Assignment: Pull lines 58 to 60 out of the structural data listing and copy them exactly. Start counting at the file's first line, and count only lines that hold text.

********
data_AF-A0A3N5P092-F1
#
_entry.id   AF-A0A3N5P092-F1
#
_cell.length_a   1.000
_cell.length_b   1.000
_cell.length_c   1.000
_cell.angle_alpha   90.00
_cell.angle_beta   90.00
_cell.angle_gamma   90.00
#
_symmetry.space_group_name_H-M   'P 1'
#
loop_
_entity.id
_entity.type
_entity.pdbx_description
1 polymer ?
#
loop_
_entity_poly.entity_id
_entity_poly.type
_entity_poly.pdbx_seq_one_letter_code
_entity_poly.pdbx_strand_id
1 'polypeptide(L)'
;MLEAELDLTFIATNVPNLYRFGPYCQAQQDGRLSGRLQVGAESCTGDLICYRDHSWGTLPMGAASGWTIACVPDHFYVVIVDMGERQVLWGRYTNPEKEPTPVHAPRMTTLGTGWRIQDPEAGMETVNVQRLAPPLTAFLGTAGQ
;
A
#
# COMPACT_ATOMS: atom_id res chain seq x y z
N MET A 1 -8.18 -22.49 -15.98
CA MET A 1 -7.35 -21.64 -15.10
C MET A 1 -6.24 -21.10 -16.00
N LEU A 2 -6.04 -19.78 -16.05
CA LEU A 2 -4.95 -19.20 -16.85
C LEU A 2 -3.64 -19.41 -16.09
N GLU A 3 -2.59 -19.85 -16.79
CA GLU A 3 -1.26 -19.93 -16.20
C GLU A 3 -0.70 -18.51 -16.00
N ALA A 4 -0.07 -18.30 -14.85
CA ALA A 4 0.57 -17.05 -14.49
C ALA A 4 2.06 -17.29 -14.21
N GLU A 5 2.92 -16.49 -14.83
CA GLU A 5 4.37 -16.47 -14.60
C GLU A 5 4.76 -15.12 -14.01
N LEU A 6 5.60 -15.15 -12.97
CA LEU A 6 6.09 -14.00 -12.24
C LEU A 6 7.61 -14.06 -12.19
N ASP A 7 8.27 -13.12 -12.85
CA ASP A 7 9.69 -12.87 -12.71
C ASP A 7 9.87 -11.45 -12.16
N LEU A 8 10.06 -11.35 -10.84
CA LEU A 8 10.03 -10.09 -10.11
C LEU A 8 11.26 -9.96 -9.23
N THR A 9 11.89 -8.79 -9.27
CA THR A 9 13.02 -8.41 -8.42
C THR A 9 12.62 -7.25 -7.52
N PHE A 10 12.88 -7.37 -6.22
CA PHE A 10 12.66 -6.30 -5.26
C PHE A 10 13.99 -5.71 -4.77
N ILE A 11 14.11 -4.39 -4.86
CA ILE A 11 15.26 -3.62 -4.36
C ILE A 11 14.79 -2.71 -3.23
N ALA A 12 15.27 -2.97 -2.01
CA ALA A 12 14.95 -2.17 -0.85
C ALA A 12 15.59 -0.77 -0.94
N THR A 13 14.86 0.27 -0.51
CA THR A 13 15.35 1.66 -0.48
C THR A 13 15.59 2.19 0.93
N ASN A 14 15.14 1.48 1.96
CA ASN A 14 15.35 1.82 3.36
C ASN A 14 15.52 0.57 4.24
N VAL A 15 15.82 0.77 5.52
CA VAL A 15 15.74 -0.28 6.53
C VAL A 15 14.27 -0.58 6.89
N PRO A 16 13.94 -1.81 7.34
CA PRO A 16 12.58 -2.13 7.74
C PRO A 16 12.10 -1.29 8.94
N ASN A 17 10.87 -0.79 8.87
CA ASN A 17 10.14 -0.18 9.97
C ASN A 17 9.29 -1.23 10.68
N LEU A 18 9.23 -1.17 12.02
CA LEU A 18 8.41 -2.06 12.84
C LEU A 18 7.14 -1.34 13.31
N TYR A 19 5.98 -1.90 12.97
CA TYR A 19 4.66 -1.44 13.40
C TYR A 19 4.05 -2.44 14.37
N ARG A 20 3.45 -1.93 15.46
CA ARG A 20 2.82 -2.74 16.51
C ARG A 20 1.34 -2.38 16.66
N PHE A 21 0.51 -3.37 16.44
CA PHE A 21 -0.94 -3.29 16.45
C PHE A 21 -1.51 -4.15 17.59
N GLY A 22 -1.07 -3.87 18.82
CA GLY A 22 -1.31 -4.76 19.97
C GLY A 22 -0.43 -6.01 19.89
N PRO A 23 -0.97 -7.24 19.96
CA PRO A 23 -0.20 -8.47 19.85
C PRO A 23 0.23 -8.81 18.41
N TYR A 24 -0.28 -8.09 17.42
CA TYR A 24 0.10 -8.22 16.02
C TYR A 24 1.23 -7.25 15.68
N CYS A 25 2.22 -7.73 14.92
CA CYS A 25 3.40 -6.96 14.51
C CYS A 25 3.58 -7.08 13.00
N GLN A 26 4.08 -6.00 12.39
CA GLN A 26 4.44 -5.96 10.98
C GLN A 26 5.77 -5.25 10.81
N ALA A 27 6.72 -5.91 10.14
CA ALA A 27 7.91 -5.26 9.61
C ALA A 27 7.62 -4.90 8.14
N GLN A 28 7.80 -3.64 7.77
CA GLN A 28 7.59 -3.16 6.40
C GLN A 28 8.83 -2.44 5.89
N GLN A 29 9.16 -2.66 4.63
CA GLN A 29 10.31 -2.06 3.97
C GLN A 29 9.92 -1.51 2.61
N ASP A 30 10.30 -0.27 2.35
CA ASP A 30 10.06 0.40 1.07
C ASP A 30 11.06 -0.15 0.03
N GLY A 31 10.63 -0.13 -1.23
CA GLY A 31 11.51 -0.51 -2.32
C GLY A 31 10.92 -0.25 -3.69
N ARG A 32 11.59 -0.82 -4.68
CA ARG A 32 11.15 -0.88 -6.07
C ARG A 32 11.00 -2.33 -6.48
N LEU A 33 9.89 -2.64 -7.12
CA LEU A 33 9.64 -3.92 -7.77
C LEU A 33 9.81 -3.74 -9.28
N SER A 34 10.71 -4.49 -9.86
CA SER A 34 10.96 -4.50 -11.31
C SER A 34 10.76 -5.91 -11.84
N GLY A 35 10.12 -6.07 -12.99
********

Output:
N PHE A 10 12.88 -7.37 -6.22
CA PHE A 10 12.66 -6.30 -5.26
C PHE A 10 13.99 -5.71 -4.77